Elk dies of infected gunshot wound in Sequim pasture

By Joe Smillie
Peninsula Daily News

SEQUIM –– An elk that died in a Happy Valley pasture apparently had an infection from a gunshot wound suffered during one of this winter’s hunts to thin the Dungeness herd, state Fish and Wildlife agents said.

Agents hauled the dead five-point bull elk from Paul Warner’s pasture Monday morning.

Officer Bryan Davidson with the Department of Fish and Wildlife reported that the elk had a festered wound “consistent with a gunshot” on its right foreleg.

The 5- or 6-year-old elk had been resting overnight for the past couple of weeks in Warner’s pasture, Davidson said, and limping out to eat during the day.

He said agents had been watching the elk for the past month or so to see if his condition would improve or if he would need to be euthanized.

“He wasn’t moving around really well, but he was still up and he was still eating,” Davidson said.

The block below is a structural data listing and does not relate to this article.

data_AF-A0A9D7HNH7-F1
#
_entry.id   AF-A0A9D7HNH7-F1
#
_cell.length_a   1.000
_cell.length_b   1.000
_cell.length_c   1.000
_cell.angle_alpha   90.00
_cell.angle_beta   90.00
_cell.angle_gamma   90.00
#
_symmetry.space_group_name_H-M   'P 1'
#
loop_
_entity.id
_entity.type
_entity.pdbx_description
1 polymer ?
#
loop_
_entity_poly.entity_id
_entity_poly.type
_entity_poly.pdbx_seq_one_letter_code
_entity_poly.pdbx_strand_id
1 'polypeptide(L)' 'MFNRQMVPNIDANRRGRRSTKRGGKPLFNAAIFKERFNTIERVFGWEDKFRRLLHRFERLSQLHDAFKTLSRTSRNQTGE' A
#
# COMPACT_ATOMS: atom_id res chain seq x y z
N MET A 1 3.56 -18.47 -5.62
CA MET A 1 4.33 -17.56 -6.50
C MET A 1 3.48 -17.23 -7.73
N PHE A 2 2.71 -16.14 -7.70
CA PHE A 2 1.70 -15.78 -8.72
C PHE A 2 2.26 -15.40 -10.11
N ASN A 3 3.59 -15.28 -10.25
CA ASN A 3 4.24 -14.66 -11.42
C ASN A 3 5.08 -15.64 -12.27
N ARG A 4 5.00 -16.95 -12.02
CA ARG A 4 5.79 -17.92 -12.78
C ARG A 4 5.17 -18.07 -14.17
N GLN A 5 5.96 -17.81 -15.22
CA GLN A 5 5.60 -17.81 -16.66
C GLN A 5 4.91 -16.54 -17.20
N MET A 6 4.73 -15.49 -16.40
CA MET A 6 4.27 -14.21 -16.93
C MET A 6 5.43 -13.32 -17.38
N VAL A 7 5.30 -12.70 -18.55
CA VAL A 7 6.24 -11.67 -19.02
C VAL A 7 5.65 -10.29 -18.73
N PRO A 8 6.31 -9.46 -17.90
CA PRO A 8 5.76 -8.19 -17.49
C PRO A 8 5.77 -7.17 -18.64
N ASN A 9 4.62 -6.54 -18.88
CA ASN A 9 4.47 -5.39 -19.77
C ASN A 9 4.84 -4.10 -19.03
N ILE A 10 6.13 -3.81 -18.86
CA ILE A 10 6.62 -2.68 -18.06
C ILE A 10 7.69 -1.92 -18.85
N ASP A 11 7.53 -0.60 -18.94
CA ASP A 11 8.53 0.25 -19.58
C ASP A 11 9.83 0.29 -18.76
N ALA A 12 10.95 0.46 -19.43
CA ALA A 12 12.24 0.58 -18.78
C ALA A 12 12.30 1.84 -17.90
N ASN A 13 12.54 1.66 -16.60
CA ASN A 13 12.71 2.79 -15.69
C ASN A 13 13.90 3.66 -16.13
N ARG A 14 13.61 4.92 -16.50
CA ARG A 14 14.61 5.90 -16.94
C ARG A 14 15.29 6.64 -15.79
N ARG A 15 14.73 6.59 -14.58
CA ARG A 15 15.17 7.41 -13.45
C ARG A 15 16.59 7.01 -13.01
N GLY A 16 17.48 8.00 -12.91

“Since he was up and able to walk and able to eat, then we thought he might bet better.”

He didn’t, and Davidson retrieved his carcass Monday.

“It’s pretty sad,” neighbor Patrick Slattery said.

“I know these hunts are meant to help out, and I understand it’s pretty bad for the farmers down there.

“But it was still pretty sad to look out and see this animal hurt like this.”

Since there was concern the abscess might have infected the rest of the elk’s body, Davidson determined that the meat was not fit for humans.

Davidson said agents with Fish and Wildlife “recycled him into the wilderness.”

The elk was the 14th to die during the state’s special elk culling season, which began in October and wraps at the end of March.

Sequim’s trademark elk herd now numbers 39, with 27 cows and calves in the Dungeness Valley and 12 bulls in Palo Alto foothills south of U.S. Highway 101.

This year’s hunt focused on males, with the hunt having taken seven bulls, six juvenile “spikes” and one male.

Officials earlier this year said males were targeted as a management measure.

Hunts over the past several years focused on the cows and calves that have spent most of the past 10 to 15 years in farm fields north of Sequim.

The herd’s damage to field crops in the Dungeness Valley has worsened over that time, leading wildlife officials to employ techniques to manage the size of the herd.

Prior to that, the herd spent most of the year in the Olympic Mountain foothills south of Sequim.


Sequim-Dungeness Valley Editor Joe Smillie can be reached at 360-681-2390, ext. 5052, or at jsmillie@peninsuladailynews.com.

Last modified: February 04. 2014 6:47PM
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